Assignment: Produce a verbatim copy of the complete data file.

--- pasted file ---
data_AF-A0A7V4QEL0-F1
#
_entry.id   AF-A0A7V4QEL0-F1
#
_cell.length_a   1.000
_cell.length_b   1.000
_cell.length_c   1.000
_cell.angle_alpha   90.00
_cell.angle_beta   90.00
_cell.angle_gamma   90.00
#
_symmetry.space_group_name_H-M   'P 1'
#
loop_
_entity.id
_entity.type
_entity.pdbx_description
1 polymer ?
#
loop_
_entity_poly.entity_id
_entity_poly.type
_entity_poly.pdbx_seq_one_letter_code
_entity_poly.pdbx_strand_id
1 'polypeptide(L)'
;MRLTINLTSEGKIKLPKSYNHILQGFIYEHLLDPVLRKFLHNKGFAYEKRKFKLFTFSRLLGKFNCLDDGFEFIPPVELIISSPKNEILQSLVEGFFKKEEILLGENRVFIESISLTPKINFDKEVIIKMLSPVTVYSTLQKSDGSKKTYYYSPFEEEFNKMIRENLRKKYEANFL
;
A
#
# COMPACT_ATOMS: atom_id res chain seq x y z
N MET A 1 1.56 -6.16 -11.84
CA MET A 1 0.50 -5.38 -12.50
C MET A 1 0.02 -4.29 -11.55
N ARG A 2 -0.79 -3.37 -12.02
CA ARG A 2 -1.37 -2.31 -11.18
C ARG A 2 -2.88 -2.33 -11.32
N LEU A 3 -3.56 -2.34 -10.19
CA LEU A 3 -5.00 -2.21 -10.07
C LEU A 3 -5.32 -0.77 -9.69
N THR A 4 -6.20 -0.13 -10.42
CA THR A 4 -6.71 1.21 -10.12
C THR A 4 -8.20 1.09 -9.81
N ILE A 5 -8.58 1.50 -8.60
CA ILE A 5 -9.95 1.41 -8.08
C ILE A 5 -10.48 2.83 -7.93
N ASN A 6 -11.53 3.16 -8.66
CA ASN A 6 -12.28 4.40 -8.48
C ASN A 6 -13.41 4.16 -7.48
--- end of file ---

data_AF-A0A7V4QEL0-F1
#
_entry.id   AF-A0A7V4QEL0-F1
#
_cell.length_a   1.000
_cell.length_b   1.000
_cell.length_c   1.000
_cell.angle_alpha   90.00
_cell.angle_beta   90.00
_cell.angle_gamma   90.00
#
_symmetry.space_group_name_H-M   'P 1'
#
loop_
_entity.id
_entity.type
_entity.pdbx_description
1 polymer ?
#
loop_
_entity_poly.entity_id
_entity_poly.type
_entity_poly.pdbx_seq_one_letter_code
_entity_poly.pdbx_strand_id
1 'polypeptide(L)'
;MRLTINLTSEGKIKLPKSYNHILQGFIYEHLLDPVLRKFLHNKGFAYEKRKFKLFTFSRLLGKFNCLDDGFEFIPPVELIISSPKNEILQSLVEGFFKKEEILLGENRVFIESISLTPKINFDKEVIIKMLSPVTVYSTLQKSDGSKKTYYYSPFEEEFNKMIRENLRKKYEANFL
;
A
#
# COMPACT_ATOMS: atom_id res chain seq x y z
N MET A 1 1.56 -6.16 -11.84
CA MET A 1 0.50 -5.38 -12.50
C MET A 1 0.02 -4.29 -11.55
N ARG A 2 -0.79 -3.37 -12.02
CA ARG A 2 -1.37 -2.31 -11.18
C ARG A 2 -2.88 -2.33 -11.32
N LEU A 3 -3.56 -2.34 -10.19
CA LEU A 3 -5.00 -2.21 -10.07
C LEU A 3 -5.32 -0.77 -9.69
N THR A 4 -6.20 -0.13 -10.42
CA THR A 4 -6.71 1.21 -10.12
C THR A 4 -8.20 1.09 -9.81
N ILE A 5 -8.58 1.50 -8.60
CA ILE A 5 -9.95 1.41 -8.08
C ILE A 5 -10.48 2.83 -7.93
N ASN A 6 -11.53 3.16 -8.66
CA ASN A 6 -12.28 4.40 -8.48
C ASN A 6 -13.41 4.16 -7.48